Traffic

Overhaul in Road Funding, DOT Structure Urged

Posted February 28, 2008 11:13 a.m. EST
Updated February 28, 2008 6:43 p.m. EST

— North Carolina needs to shift highway construction funds from rural to urban areas, come up with new ways to finance roads and overhaul the state Department of Transportation, according to a report issued Thursday.

The North Carolina Justice Center, a think tank that advocates for low- and moderate-income residents, says the population boom statewide and rising construction costs will require the General Assembly and the DOT to change in the coming year so that state highways don't become overwhelmed.

The DOT has been dogged in recent months by a state audit and a consultant's report that describe it as an agency lacking in direction and plagued by poor planning.

"There's a lot of waste in DOT, and there's a lot of waste in the legislative formulas that allocate how money is spend and where it's spent in North Carolina," said Steve Jackson, a policy analyst with the group.

This comes as a governor's study group is planning to present a $2 billion bond proposal to the Legislature in May that that would speed up road projects across the state.

“North Carolina’s transportation budget is in crisis,” Jackson said. “Construction and maintenance costs are increasing at a far greater rate than revenues. A comprehensive solution that addresses revenue, spending priorities and project delivery is required.”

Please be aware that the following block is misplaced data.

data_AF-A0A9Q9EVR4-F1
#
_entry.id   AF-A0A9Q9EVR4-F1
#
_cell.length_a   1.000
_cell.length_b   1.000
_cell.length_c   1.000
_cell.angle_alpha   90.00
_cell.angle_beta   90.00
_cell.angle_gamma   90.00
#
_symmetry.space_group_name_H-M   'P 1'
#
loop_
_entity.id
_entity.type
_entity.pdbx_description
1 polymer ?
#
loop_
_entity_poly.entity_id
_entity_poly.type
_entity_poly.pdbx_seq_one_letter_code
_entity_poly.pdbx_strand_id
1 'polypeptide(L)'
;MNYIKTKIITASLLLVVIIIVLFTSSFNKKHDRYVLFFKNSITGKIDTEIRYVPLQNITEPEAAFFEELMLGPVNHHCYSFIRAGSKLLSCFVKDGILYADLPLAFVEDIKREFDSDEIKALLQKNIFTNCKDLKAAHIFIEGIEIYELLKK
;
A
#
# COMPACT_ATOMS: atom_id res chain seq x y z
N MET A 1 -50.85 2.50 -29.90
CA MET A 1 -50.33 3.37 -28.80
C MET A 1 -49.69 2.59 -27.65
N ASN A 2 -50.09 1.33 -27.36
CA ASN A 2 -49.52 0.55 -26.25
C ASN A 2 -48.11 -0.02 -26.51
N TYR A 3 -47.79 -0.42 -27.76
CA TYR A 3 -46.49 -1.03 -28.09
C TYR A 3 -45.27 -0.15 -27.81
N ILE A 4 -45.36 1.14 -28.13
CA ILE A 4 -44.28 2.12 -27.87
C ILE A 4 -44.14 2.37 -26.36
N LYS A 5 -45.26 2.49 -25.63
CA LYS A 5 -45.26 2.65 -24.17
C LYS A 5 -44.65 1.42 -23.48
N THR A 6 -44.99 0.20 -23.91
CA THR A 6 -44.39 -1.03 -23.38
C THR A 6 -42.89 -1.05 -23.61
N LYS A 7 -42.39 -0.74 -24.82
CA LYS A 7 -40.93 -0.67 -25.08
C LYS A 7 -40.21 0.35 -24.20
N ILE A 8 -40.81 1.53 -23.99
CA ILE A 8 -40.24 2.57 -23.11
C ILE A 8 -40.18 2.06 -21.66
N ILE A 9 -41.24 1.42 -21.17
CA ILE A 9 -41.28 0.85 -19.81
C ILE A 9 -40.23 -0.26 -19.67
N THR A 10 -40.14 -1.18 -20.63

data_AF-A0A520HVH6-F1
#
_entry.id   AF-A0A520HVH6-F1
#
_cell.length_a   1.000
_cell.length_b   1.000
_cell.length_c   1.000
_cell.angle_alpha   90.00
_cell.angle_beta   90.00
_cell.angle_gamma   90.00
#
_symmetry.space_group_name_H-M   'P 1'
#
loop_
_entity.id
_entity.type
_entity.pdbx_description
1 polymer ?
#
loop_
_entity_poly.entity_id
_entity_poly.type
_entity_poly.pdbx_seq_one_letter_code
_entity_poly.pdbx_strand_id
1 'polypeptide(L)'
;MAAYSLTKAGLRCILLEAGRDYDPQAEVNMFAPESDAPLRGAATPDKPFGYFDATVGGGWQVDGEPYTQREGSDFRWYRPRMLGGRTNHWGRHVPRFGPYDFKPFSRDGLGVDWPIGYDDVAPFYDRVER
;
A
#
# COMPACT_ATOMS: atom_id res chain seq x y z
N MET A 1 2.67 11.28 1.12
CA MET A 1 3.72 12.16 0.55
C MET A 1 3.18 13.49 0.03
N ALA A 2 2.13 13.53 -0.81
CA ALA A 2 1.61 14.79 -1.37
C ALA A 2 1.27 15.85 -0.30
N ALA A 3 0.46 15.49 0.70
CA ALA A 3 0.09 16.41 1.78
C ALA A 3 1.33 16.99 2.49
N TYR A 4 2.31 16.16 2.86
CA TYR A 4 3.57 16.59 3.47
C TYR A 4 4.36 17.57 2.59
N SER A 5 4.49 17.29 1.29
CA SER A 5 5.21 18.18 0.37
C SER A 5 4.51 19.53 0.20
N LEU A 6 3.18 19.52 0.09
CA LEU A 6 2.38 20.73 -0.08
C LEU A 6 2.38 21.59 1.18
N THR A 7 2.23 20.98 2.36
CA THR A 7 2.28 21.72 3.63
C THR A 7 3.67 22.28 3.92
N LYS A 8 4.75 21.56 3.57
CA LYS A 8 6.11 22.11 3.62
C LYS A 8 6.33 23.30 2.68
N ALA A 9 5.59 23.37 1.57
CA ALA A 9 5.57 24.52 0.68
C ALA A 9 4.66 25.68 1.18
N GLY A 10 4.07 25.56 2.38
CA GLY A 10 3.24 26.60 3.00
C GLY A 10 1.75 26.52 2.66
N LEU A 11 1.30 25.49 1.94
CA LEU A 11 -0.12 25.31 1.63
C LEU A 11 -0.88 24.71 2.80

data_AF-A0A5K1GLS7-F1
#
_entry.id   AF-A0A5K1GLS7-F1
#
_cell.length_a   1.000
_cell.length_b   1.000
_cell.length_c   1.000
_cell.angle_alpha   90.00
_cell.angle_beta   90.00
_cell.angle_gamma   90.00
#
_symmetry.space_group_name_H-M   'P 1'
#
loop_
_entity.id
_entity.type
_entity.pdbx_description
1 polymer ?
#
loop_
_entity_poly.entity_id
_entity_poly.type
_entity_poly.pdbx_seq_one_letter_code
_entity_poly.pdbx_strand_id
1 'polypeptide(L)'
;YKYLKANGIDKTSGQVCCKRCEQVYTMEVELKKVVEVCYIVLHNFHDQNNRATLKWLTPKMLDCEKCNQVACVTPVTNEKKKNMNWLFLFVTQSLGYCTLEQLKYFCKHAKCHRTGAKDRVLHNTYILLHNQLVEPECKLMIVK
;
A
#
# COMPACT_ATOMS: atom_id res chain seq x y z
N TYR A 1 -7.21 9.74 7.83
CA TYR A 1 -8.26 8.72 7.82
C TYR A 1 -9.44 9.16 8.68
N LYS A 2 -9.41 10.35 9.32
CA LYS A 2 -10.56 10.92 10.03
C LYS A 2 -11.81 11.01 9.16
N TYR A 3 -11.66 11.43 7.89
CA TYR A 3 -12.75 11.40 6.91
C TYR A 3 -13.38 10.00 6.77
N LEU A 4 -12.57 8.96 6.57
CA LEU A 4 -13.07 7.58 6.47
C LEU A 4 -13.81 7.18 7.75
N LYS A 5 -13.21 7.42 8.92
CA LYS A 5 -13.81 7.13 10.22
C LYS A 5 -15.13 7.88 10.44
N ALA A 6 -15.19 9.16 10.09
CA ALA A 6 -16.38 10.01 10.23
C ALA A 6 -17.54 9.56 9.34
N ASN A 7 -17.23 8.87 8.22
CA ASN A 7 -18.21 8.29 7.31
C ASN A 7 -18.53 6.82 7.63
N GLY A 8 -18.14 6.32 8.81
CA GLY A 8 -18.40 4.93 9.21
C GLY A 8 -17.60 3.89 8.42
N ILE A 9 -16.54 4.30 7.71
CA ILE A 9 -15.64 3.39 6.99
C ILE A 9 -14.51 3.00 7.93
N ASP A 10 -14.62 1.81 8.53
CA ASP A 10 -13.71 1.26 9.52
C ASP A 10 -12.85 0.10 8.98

The report also calls for replacing the state gas tax with revenue sources that better match fees and charges with actual road use, such as a levy on the number of miles traveled.

It also calls for abolishing the system in which road money is spread evenly across the state, focusing instead on critical needs such as easing congestion in urban areas.

Jackson says rural areas, specifically in the northeastern and western parts of the state, are getting more money per capita.

“Money that should be spent reducing congestion and improving roads in municipal areas is being, and has been spent, on multilane roads in areas serving few residents,” Jackson said.

More money must also be spent on mass transit, and land-use planning needs to be integrated with transportation spending to limit the sprawl that adds to commuting times and distances, according to the report.